The shocks of the explosion shook the cottages adjacent and the echoes were heard miles away. The inhabitants of the district came rushing down to the mouth of the pit, some only half-clad and others scarcely clad at all, just as they had tumbled out of bed. On learning what had happened they became frantic with grief, and the scene was truly heartrending. Women and children shrieked with terror, and many wives and mothers were carried away in a fainting condition.

For the sake of balance, however, I want to contrast this with the altogether much more sober account provided by the Cardiff Times:

Perhaps one of the most striking features of the occurrence is the absence of outward demonstration on the part of the bereaved relatives. All those whose business has led them to the mine state that neither on the day of the explosion nor since have the people flocked to the pit in that grief-stricken state, and with those unreasonable demands which so often intensify the terrible nature of these calamities. This is not attributed to any want of feeling however—far from it—but to the probability of the dreadful news having been sympathetically imparted to the sorrowing relatives, accompanied by such judicious advice as would lead them to become resigned to the unfortunate state of things.

Take your pick as to which account you find more convincing, but differing degrees of dramaticisation aside, the reports seem fairly consistent in suggesting that numerous managers from this and other local collieries had arrived by 1 or 2am and were engaged in grave discussions about what to do. Attempts to go down into the mine were made impossible by the continuing escape of noxious fumes (“afterdamp”), and it soon became evident that the volume of rubble that had fallen had all but cut off any air supply that might have existed. Rescuers, under the technical leadership of the engineers and including several local medical professionals, did what they could to insert ventilation tubes, but the prospects were pretty grim, as described in the Cambrian:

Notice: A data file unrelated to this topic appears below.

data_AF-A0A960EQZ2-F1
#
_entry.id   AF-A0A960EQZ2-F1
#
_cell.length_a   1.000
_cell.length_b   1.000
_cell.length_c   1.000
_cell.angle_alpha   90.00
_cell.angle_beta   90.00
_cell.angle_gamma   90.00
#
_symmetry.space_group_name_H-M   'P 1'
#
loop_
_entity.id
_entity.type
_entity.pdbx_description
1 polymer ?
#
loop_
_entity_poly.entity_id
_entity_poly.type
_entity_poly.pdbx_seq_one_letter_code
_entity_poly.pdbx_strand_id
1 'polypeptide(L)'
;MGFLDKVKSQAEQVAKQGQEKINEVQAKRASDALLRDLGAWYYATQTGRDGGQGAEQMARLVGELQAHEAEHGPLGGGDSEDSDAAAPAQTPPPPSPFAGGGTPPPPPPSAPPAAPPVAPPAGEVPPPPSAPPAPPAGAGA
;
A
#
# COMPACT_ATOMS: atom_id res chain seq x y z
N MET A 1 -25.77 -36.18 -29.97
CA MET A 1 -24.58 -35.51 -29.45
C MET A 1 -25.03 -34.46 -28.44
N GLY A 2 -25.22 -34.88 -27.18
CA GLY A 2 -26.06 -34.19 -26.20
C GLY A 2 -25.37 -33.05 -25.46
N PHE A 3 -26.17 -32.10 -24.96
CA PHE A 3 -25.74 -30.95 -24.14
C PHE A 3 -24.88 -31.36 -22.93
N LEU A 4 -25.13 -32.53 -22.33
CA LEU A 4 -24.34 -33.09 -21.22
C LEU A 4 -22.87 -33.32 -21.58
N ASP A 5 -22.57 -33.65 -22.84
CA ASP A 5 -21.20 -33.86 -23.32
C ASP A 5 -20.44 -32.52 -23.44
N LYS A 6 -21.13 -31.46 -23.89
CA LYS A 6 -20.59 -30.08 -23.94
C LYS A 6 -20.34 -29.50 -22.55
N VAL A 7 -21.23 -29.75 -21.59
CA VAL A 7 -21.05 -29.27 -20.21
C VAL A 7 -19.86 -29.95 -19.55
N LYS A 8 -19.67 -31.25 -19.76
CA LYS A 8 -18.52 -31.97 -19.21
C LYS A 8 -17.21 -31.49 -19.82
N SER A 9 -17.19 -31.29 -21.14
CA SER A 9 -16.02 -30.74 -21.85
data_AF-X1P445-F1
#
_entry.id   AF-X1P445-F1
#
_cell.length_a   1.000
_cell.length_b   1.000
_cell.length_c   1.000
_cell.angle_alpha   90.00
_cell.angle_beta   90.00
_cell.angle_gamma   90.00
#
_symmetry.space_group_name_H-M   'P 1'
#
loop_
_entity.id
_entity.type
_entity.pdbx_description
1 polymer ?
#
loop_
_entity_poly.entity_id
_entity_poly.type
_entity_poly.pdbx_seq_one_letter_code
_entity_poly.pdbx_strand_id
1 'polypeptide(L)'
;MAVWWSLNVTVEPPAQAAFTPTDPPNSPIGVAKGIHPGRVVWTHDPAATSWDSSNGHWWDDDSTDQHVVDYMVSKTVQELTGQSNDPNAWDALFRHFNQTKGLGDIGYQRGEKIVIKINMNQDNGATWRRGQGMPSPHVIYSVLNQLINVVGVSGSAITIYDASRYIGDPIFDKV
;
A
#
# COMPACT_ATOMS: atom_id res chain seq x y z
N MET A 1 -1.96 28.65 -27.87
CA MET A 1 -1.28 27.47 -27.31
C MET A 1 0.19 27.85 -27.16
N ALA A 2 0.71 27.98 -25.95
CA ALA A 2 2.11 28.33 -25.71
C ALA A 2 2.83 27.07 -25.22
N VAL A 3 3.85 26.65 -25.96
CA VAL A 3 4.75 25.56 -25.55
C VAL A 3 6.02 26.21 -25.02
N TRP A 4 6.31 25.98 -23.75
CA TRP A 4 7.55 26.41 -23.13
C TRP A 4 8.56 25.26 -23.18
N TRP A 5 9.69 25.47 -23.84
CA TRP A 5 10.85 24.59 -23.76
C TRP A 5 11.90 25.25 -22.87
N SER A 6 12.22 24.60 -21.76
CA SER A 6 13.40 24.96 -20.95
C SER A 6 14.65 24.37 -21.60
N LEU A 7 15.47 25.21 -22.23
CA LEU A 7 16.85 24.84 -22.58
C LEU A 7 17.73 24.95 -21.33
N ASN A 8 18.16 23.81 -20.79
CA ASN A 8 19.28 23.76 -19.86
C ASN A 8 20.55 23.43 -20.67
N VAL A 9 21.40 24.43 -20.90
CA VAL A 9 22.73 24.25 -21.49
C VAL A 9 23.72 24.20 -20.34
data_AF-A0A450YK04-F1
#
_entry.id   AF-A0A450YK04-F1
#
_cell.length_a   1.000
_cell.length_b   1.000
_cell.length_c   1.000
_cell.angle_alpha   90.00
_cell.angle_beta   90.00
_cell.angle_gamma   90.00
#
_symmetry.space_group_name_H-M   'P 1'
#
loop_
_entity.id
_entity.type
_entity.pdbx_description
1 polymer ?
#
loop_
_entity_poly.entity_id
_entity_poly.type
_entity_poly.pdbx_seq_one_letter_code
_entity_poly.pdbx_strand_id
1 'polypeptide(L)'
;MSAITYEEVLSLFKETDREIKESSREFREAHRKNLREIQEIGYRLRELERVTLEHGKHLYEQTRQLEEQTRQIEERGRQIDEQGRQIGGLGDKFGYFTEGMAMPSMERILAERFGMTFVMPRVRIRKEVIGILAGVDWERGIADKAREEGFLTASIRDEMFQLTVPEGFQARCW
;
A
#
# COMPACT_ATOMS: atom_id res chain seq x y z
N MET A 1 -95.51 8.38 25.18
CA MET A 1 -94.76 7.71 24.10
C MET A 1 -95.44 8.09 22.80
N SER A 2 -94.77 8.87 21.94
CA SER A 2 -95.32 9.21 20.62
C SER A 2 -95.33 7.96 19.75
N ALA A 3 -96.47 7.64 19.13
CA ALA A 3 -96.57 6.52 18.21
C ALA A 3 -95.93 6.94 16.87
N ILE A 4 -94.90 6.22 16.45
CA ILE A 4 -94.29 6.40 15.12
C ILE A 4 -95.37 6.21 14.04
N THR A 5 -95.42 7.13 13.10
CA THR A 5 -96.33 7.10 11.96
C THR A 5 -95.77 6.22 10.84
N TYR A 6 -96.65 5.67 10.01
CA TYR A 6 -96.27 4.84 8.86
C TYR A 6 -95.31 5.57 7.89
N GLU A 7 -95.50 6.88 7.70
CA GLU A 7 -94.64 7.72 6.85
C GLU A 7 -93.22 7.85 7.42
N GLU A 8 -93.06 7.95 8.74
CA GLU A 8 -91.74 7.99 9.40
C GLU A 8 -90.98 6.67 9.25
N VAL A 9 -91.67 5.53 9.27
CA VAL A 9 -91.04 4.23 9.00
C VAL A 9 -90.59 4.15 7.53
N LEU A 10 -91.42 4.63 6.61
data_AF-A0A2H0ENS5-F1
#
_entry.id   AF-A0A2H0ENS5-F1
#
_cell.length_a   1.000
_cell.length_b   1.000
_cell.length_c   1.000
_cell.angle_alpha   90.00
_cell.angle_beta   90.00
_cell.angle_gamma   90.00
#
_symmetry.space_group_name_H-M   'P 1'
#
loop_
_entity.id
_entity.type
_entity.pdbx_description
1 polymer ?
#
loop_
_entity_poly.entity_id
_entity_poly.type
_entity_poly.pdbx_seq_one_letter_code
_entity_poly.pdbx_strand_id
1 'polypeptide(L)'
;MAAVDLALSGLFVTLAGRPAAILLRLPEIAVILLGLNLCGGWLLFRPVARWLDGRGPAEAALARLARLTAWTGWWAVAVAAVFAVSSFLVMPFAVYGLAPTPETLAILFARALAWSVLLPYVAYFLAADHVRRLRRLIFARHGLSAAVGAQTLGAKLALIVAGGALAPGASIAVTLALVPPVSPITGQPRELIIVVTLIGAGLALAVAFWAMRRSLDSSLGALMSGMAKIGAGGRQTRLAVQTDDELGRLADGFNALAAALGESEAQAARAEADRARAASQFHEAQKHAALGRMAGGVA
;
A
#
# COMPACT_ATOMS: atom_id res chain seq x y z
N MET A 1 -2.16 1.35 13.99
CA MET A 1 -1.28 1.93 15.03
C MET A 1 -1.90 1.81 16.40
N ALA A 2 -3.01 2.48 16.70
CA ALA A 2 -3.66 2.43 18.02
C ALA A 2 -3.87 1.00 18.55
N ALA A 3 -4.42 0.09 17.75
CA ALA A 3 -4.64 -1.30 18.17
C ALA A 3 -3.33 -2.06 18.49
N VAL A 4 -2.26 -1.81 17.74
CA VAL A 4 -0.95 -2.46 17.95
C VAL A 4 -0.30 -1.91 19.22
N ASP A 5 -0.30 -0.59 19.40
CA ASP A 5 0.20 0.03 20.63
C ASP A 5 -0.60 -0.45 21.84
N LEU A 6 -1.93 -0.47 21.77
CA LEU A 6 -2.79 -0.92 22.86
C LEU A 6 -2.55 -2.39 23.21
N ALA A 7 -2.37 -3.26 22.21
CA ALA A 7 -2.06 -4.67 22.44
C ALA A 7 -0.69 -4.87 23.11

They gave small hopes indeed of a single individual being recovered alive, but thought there might be the barest possibility of some of them retiring into the remoter workings, where the air would be purer. There was not much consolation in that they said, because miners overtaken by an explosion of fire-damp invariably made their way to the pit’s mouth if they could, and if the poor fellows did so in this case, those who escaped instant death would only be rushing upon a cruel doom.

It was Wednesday before anyone could safely attempt to go below the surface to assess the situation further. In the meantime, any attempts made by any survivors to make themselves known to those on the surface would also have had mixed success, as the Aberdare Times explains:

The signal wires of the pit are broken, and the men could not consequently, if alive, communicate with those above but no hopes are entertained of their safety, as they would, it is believed, have shouted for help if they had not succumbed, and their shouts would probably have been heard.